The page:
Animals are helped at the Valley Fire in San Diego

Sherry Moland spent part of Wednesday afternoon at Iron Oak Canyon Ranch in Spring Valley with her 8-year-old adoptive horse, Whisper, tending to the horse’s physical and emotional needs.

As Moland applied ointment to the horse’s hooves, stroked her mane and fed her some fresh hay in the hazy sunshine on Campo Road, she said her house wasn’t currently in the fire zone but she wouldn’t take any chances. She remembered well walking through the Harris fire in 2007, just months after moving into her home in Campo.

She said Monday she called the San Diego Humane Society for a pickup and the San Diego County Department of Animal Services picked up Whisper and took her to safety.

This dog was able to stay at Steele Canyon High with his family after they fled the valley fire. Other animals need help to evacuate. The San Diego Humane Society and the San Diego County Department of Animal Services work together to help animals big and small.

(Karen Pearlman / San Diego Union-Tribune)

The Humane Society’s emergency response team worked with Animal Services on the ground, evacuating animals and keeping them safe during the Valley fire. The partnership ensures that there is coordinated assistance to those in need and that the resources of both groups are used efficiently.

Although Moland’s home has been spared so far, she said she knows very well how the wind can change and send embers to her.

“We are on standby for evacuation,” Moland said. “We live in a fire zone, this will happen. Just be prepared.”

Whisper is one of more than 50 animals currently housed at Iron Oak Canyon Ranch, brought in by residents who were evacuated during the fire or, like Moland, are preparing for worst-case scenarios. She said if nothing changes at the fire, she plans to keep Whisper there through Saturday or Sunday.

Whisper is in good company with several other horses, more than two dozen alpacas, some goats, chickens and turkeys. The private boarding ranch, formerly known as Bright Valley Farms, lends its barrel racing arena to the San Diego Humane Society, which works with Animal Services to provide shelter, food and water for the animals in their care.

Members of the San Diego Humane Society emergency response team feed cattle at a home in Lawson Valley.

Danee Cook, left, and Joy Ollinger, members of the San Diego Humane Society emergency response team, feed cattle at a Lawson Valley home on Wednesday.

(Eduardo Contreras / San Diego Union-Tribune)

Animal Services director Kelly Campbell said between the groups they are caring for more than 300 animals — from horses to dogs to cats — in temporary shelters in Lakeside at Rodeo Arena and at El Capitan High, at the helm of the County Shelter in Bonita and at the Iron Oak Canyon site.

Campbell said if reports from the California Department of Forestry and Fire Protection over the next few nights show the fire is being contained, and it is safe to do so, the sites will be closed and people will be able to take their animals home.

Animal Services and the Humane Society are working together not only to help animals in their care, but also to go behind the fire lines to care for animals as part of Shelter in Place. Their dispatch teams share a Google document that records the addresses affected by the fire and the individual needs of the animals that were not evacuated.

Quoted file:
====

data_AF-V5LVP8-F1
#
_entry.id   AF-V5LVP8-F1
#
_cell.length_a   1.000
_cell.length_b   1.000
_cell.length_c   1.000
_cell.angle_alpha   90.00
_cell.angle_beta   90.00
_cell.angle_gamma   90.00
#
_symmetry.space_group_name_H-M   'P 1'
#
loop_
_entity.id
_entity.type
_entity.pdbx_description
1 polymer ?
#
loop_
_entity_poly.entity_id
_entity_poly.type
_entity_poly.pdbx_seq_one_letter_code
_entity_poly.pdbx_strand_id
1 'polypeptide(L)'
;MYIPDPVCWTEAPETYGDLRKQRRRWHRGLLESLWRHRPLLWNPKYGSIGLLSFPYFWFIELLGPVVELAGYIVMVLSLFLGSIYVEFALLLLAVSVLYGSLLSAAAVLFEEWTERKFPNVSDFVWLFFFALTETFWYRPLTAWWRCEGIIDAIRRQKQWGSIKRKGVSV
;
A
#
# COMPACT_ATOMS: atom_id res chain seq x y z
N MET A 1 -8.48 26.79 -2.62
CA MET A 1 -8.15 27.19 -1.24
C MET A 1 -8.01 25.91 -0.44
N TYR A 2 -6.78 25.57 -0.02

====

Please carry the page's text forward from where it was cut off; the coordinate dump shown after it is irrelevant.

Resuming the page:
“Any animal stuck on the property [that] Owners can’t get there or they can’t go and come back and they’re behind fire lines, they go in and take care of the animals,” said John Peaveler, administrative lieutenant for the San Diego Humane Society of Emergency Services.

    Joy Ollinger of the San Diego Humane Society provides food and water to a turtle and some livestock in the Lawson Valley.

Joy Ollinger of the San Diego Humane Society provides food and water to a turtle and some livestock in the Lawson Valley on Wednesday.

(Eduardo Contreras / San Diego Union-Tribune)

With power still off and some homeowners’ pumps dependent on the water supply, the Humane Society’s truckloads of water were a welcome sight for those in the fire zone who were not evacuated.

Sometimes it’s just the little things that make a big difference. On Wednesday, a pet turtle had rolled onto its back in its cage and a member of the Humane Society team was able to turn it back over.

The COVID-19 health emergency has raised some issues that have not been a problem with other fires over the years. While the Spring Valley ranch allows people to visit and mingle with their animals “as long as they don’t sleep here,” Peaveler said, the county’s rules are different.

The Humane Society provides staff for the rodeo arena but is under county oversight. Evacuees dropping off horses at the Lakeside compound are not allowed to stay with the animals due to COVID-19.

While there is hope that the fire will be contained, the groups are telling people to contact Animal Services at (619) 236-2341 if they are in immediate fire danger and need immediate help with their animals.

For those looking to move their animals to safe areas, the Bonita Animal Shelter is located at 5821 Sweetwater Road. Iron Oak Canyon Ranch is located at 12310 Campo Road in Spring Valley; the Rodeo Arena is located at 12584 Mapleview St. in Lakeside. Those with smaller pets such as dogs and cats can also bring them to El Capitan High at 10410 Ashwood St. in Lakeside.

The San Diego Humane Society said it also offers pet food and supplies on the Humane Society campus Tuesday through Sunday from 9 a.m. to 6 p.m. The campuses are located at 5500 Gaines St. in San Diego, 3500 Burnet Drive in Escondido and 2905 San Luis Rey Drive in Oceanside.

Previous Why Black-run businesses have been hit hardest by the pandemic
Next Surf clubs on day four helping out with flood rescue